What do you really feel when you’re in love?

Professor Holly Payne speaks on the psychology love as Valentine’s Day approaches.

Gabrielle Bunton

Have you ever had those butterflies in your stomach? Or just simple heart eyes looking at someone you love. The overwhelming feeling of serenity, euphoria, a racing heart and so much more just for one person. But really goes on in your body when you’re experiencing love?

“When you have the feeling of love, it triggers all these chemical reactions in your body. You may even feel tingly, your heart races, even a shortness of breath, all these things that show you are emotionally and physiologically engaged with that,” said Dr. Holly Payne, professor in the department of communications.

There are many components when addressing love. Dr. Helen Fisher and a team of scientists from Rutgers University put love into three categories: lust, attraction and attachment.


“Lust is driven by the desire for sexual gratification,” said Kathryn Wu in “Love, Actually: The science behind lust, attraction and companionship” from Harvard University Graduate School of Arts and Sciences.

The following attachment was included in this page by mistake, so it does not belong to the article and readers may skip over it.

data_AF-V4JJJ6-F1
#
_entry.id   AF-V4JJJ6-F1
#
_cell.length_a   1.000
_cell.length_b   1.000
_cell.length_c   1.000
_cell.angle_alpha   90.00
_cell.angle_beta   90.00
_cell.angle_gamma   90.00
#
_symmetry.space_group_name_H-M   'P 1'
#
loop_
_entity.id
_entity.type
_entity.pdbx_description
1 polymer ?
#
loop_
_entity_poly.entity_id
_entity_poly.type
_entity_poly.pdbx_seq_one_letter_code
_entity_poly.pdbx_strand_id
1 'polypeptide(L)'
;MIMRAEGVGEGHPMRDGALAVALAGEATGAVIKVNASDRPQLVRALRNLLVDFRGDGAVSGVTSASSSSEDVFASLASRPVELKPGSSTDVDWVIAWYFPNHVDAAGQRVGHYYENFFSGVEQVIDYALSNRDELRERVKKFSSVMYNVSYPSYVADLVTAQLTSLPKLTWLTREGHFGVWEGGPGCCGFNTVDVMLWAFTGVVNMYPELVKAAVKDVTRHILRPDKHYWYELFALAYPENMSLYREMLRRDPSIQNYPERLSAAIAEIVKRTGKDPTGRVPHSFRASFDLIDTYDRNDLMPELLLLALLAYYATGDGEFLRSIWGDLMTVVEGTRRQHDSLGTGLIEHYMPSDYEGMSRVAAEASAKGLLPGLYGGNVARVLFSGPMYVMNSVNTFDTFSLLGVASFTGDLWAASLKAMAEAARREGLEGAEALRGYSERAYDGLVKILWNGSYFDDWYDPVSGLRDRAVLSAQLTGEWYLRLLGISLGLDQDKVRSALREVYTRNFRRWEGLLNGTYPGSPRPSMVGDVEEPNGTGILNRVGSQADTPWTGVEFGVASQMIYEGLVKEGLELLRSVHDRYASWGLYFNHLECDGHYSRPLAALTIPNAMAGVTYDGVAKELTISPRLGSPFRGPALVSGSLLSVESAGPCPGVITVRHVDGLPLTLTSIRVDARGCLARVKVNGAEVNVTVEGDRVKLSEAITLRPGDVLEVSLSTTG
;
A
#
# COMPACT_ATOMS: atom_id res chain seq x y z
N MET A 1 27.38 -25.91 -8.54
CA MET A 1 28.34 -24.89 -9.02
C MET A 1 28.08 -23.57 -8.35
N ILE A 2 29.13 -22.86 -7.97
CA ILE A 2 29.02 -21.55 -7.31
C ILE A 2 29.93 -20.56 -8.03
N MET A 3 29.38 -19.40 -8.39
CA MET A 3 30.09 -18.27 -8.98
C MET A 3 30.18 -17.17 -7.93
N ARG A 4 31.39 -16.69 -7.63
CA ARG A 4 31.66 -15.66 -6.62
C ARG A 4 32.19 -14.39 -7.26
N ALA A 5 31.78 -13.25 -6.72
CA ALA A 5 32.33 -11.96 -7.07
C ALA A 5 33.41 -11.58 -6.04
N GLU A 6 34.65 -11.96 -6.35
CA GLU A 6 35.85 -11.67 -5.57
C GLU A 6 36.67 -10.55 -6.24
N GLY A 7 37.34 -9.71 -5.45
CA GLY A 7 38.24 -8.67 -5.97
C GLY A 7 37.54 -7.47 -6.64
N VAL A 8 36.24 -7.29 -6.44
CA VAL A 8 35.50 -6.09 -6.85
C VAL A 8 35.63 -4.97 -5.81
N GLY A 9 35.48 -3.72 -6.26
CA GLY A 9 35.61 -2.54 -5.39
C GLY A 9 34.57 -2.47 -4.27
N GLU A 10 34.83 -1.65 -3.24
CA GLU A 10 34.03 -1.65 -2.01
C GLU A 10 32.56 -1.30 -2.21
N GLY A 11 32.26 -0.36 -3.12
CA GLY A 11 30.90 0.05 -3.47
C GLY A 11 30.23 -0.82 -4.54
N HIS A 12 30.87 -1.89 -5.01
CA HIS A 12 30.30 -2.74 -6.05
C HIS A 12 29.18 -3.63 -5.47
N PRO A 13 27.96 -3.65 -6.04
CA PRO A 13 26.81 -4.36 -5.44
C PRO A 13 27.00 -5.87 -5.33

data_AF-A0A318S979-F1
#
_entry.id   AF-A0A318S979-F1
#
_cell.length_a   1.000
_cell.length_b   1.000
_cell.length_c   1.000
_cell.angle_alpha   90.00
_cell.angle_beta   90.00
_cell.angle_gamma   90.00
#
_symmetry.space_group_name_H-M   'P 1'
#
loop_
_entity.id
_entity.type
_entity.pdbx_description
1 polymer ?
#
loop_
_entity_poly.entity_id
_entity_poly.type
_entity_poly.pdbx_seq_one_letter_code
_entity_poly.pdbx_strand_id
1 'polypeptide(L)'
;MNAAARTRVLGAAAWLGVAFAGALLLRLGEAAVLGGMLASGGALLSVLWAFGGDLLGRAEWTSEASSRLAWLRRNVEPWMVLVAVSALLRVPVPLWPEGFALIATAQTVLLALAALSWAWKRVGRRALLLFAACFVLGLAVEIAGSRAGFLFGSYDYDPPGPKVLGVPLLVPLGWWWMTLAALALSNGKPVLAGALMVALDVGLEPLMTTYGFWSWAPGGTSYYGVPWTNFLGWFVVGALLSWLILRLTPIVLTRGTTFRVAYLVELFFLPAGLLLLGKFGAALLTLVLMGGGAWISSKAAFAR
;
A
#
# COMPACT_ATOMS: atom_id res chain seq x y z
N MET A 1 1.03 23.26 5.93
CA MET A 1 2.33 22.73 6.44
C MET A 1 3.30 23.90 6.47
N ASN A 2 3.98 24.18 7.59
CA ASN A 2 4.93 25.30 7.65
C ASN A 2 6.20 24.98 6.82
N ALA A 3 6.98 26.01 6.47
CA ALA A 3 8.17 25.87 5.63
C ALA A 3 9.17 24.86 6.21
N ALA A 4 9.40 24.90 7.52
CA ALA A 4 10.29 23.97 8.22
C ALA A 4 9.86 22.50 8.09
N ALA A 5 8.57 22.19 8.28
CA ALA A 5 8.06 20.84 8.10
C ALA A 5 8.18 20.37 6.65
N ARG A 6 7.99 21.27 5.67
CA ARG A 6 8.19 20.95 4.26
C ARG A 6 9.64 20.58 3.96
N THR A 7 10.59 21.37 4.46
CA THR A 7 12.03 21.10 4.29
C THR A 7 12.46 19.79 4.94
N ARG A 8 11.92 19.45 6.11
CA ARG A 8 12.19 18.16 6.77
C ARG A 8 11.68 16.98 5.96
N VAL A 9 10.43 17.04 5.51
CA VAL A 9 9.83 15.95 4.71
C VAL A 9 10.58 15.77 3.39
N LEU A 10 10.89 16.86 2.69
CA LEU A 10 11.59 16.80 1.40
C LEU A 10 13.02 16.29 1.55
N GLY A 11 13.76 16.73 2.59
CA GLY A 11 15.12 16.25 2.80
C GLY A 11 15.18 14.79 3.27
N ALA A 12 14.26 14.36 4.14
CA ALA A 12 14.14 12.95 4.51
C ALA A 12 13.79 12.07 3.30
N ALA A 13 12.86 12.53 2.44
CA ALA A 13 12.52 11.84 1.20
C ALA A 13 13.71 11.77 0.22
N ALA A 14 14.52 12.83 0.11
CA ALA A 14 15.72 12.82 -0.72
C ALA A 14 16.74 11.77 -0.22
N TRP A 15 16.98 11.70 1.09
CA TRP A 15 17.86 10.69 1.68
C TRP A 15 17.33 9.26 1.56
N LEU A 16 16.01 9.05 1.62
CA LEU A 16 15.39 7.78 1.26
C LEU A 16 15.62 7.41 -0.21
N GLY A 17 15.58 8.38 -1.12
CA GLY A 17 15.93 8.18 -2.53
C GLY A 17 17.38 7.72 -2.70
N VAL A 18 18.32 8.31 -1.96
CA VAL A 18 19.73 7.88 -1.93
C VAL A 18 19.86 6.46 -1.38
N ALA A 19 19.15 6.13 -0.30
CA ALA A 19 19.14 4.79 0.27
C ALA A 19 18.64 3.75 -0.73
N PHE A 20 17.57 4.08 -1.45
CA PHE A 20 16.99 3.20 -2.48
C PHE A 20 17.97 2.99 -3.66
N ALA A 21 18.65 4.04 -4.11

According to Wu, the hypothalamus in the brain stimulates the sex hormones, testorone and estrogen. 


While lust can be pretty general, attraction is more defined. Even though lust and attraction work with one another, attraction follows a different pathway of the brain that controls ‘reward’ behavior. Wu said that high levels of dopamine and norepinephrine are released in the brain, making you feel giddy and energetic.

And lastly, attachment is the type of love that makes us stay in long term relationships.  

“Attachment mediates friendships, parent-infant bonding, social cordiality, and many other intimacies as well,” said Wu.

The two primary hormones in attachment appear to be oxytocin, which provokes calmness and security. And vasopressin, which is linked behavior that produces long term relationships, Wu said.

“I think that’s what’s really fascinating when dealing with this because we tend to lose our critical thinking skills when we feel love,” Dr. Payne said. “I think that’s a great feeling. I feel as if some people feel euphoria, when they experience that, but at the same time we may not see things we ought to see.”

With the varying levels of hormones and brain pathways, one thing is certain: feelings never lie. The undeniable heart pounding, loss of breath or just that simple feeling of comfort is more than enough to know that you are in love.

Features reporter Gabrielle Bunton can be reached at [email protected].